the colonial theatre marquee

Illuminating Cinema: The Exorcist

Directed by William Friedkin. US. 1973/2000. R. 2 hour 13 minutes. Warner Bros. Digital Restoration.
Thu., October 31, 2019
October 31, 2019
7:00 pm

Special Halloween Night Illuminating Cinema Event!
Heads spin when twelve-year-old Regan MacNeil (Linda Blair) enters a room – or at least hers does, after she’s possessed by an evil entity in William Friedkin’s horrifying adaptation of William Peter Blattyʼs best-selling novel. A very controversial film in its time, The Exorcist has lost none of its ability to shock and scare despite innumerable imitations and sequels over the years. One reason for its lasting ability to affect us is that each of the characters – Ellen Burstyn as Reganʼs loving mother, Jason Miller as the spiritually overwhelmed young priest, Lee J. Cobb as the suspicious cop, and Max von Sydow as the titular exorcist – is portrayed with insight and compassion. And Blair never loses our sympathy throughout this sensational story. If you want to have really good scare this Halloween join us for this chilling classic!


About the Talk & Conversation

“Fear is contagious, and no fear more so than the awesome dread of disembodied evil.” (Extract from leaflets distributed to The Exorcist audiences, 1974)

Described by James Ferman, the head secretary of the British Board of Film Censors (BBFC) as possessing “tremendous power to disturb and persuade,” this edition of the Colonial Theatre’s Illuminating Cinema series examines the moral panic surrounding the original cinematic and subsequent home video release of William Friedkin’s The Exorcist.

Released amid social and political turmoil on both sides of the Atlantic, the film was categorized, along with others, such as Peckinpah’s Straw Dogs, Russell’s The Devils, and Kubrick’s A Clockwork Orange, by Britain’s foremost ethical campaigner, Mary Whitehouse, as “New Savage Cinema”; films that preyed on the fear and insecurities of a vulnerable public, exploiting and ultimately weakening the moral fabric of society. Condemned as both “blasphemous” and “dangerous” by Britain’s National Viewers and Listeners Association (NVALA), and as a glorification of evil by the Parent’s Music Resource Center’s (PMRC) Tipper Gore, the film was denied an official home video release in Britain until 1999. Consequently, a crucial aspect of the talk will include an exploration of the film’s central position in the public fears surrounding the relationship between pop culture and satanism that emerged during the twentieth century.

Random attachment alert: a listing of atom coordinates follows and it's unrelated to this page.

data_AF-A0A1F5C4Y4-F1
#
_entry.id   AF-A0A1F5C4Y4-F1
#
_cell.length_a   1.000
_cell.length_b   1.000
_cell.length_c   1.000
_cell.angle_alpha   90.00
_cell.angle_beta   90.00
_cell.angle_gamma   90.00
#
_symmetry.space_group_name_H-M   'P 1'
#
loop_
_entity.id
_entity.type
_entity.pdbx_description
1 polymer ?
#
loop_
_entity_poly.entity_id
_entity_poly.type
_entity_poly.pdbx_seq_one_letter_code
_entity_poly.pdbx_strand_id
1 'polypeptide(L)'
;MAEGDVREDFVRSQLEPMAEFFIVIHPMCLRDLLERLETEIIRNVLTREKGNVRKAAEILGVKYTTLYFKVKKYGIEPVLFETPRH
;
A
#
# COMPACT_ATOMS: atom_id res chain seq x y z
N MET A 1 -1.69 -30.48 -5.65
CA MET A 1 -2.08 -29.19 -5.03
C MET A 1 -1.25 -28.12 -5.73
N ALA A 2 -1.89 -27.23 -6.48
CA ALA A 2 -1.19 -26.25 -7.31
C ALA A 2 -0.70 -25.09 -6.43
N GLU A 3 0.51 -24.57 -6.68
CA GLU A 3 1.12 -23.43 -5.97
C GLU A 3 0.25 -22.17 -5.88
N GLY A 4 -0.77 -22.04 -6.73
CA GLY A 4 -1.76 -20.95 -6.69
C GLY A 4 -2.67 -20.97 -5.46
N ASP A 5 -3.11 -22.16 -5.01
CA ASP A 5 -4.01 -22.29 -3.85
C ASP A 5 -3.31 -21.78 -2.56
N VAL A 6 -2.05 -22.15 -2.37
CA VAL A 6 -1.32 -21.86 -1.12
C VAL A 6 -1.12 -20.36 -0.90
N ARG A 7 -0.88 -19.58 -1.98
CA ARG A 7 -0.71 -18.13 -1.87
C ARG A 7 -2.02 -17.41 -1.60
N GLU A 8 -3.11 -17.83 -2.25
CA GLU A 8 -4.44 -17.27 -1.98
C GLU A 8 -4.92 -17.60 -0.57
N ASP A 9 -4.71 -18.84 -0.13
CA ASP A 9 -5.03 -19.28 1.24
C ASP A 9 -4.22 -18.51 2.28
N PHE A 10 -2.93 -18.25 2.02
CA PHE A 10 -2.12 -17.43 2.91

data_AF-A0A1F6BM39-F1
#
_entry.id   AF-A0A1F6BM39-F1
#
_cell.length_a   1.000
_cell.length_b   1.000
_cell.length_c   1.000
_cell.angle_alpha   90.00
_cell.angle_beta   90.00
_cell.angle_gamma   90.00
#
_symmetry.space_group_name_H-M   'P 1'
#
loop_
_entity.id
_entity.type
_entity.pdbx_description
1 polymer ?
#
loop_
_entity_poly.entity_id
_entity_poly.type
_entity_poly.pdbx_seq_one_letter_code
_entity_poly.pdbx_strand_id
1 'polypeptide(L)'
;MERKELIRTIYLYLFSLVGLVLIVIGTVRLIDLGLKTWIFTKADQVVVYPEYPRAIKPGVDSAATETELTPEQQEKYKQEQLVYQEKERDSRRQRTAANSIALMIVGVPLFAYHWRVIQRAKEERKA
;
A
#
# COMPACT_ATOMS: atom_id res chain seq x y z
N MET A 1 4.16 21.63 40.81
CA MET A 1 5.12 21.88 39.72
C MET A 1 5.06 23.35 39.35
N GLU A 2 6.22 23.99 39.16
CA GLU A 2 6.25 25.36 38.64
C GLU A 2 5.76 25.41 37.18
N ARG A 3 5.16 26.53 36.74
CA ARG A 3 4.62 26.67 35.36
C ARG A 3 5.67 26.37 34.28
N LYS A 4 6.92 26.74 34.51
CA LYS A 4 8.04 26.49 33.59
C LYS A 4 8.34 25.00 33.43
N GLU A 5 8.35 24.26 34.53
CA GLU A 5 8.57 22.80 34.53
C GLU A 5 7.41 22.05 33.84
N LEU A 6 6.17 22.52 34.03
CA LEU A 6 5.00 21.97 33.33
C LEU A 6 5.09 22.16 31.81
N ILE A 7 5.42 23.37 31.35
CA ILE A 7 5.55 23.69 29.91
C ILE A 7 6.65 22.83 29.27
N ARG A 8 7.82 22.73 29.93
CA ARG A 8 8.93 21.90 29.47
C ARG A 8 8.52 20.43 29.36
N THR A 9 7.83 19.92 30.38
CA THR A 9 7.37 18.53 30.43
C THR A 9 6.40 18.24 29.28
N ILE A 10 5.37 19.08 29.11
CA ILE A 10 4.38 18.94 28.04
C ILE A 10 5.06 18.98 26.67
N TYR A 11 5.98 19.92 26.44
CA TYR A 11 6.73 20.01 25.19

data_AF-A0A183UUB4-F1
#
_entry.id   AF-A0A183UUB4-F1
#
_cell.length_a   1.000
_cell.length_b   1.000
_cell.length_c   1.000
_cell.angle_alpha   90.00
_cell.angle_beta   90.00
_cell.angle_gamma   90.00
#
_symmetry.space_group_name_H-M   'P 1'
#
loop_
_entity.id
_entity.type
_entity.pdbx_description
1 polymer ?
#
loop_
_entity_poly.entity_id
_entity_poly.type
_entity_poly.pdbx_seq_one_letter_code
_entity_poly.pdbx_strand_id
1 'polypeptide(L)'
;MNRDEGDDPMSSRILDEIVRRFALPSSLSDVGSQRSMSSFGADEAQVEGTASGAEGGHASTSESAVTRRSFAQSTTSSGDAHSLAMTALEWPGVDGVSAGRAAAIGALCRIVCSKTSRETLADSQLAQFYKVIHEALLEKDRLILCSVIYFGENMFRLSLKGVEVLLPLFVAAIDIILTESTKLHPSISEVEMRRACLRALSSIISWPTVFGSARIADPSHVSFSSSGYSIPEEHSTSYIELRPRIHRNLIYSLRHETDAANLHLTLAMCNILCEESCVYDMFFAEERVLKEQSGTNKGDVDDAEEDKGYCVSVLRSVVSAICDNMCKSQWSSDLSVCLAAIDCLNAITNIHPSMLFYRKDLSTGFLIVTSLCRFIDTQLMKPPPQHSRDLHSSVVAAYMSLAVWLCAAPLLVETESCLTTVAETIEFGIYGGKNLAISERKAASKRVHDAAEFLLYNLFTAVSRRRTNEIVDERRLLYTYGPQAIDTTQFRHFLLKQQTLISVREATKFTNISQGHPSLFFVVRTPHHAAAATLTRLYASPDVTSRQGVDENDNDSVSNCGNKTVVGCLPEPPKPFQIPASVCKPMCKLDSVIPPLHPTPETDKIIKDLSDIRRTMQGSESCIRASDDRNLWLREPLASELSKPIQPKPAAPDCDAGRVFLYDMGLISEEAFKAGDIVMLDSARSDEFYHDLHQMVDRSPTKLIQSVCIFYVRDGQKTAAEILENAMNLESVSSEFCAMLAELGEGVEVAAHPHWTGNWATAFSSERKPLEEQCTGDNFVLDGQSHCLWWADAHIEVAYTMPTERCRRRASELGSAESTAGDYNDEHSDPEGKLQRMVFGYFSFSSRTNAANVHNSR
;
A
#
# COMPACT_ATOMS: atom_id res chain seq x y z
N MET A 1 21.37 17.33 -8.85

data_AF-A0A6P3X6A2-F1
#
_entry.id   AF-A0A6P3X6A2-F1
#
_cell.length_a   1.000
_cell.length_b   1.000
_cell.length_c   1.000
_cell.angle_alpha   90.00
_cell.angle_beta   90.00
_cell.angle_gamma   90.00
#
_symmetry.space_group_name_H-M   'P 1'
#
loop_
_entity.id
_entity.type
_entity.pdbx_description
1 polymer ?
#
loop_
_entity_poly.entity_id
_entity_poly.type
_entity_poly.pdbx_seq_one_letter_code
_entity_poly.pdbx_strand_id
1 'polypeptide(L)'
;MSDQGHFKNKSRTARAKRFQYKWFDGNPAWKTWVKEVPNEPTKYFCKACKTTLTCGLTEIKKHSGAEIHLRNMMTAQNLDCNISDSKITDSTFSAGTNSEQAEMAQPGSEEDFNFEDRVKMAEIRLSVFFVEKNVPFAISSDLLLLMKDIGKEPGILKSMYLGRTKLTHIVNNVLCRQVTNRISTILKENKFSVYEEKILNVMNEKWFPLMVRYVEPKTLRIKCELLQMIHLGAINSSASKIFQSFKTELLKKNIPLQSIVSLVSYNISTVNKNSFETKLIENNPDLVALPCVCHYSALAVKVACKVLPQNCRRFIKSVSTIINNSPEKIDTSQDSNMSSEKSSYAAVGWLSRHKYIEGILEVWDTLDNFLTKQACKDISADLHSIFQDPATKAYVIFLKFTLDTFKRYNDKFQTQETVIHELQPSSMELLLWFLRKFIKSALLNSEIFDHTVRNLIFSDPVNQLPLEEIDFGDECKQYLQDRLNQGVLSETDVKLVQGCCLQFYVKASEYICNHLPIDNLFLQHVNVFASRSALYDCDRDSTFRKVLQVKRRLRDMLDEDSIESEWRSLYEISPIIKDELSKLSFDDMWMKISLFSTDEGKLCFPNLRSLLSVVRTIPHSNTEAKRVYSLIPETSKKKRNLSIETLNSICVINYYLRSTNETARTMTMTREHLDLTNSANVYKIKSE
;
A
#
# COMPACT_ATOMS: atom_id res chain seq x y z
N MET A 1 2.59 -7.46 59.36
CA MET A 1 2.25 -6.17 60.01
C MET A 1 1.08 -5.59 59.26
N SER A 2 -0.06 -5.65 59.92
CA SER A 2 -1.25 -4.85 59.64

About the Speakers

Andrew Owen received an M.A. and a PhD in sociology from Bangor University, UK; and is a fulltime faculty member of the Sociology and Criminal Justice Department at Lebanon Valley College. Andrew’s main areas of research focus on the social history of popular culture; analyzing areas related to propaganda, censorship, horror, and science fiction. Andrew also examines the phenomenon of humor in society, especially as it pertains to its usage by subordinated social groups to attack, challenge, or draw attention to the oppressive ideologies and practices of the dominant social group. Andrew has presented on the topic of film in several countries, including, Great Britain, Norway, and China, as well as throughout the United States. Most recently he has co-authored a chapter for the text, Becoming: Genre, Queerness, and Transformation in NBC’s Hannibal (Syracuse University Press, 2019).

Before joining the Association for the Colonial Theatre as its first Marketing Director in March 2017, Brendan Carr was a long-time volunteer, classic/horror/cult film program committee member and host at the theatre. Brendan has a bachelor’s degree in Radio-Television-Film from Temple University and several certificates in film studies from Ball State University. Prior to joining the Colonial, Brendan served as a legal audio/video technician at the Delaware County Courthouse, reporter/manager at TV Guide, and chief marketing content developer at Dansko shoes. In addition to his marketing experience, Brendan was also a writer/performer on the web comedy series The Clink and contributor the popular pop culture podcast You’ve Got Geek.


7:00PM – Pre-Show Talk in the Garden Suite
7:30 PM – Film Screening in the 1903 Theatre
9:45 PM – Post-Show Conversation in the Garden Suite


Adults: $25
Seniors & Students: $20
Members: $18

Click HERE to purchase a ticket to The Exorcist film screening only.
Click HERE to purchase multiple programs at a discount.

In addition to admission to the film screening and the pre- and post-film discussions, your Illuminating Cinema ticket includes a free small popcorn and a free small soda. Plus $5 beer or wine (at this event only).

A limited number of tickets are available for each Illuminating Cinema presentation so we encourage advance purchases.

Discounts are available when you purchase tickets for all current Illuminating Cinema selections during the same transaction.

Member Passes are not accepted for this program.

About Illuminating Cinema

When the credits end that’s when the conversation begins!

Illuminating Cinema connects you with film fans of all ages for fun, refreshments and engaging conversation. Each presentation begins with a pre-show introduction from a guest speaker who offers insight and observation to help sharpen your focus on the respective film. After the film, we’ll meet for an entertaining and enlightening conversation with the speaker and each other.

In addition to admission to the film screening and the pre- and post-film discussions, your Illuminating Cinema ticket includes a free small popcorn and a free small soda. Plus $5 beer or wine (at the Illuminating Cinema event only).

Focus your appreciation for film with Illuminating Cinema!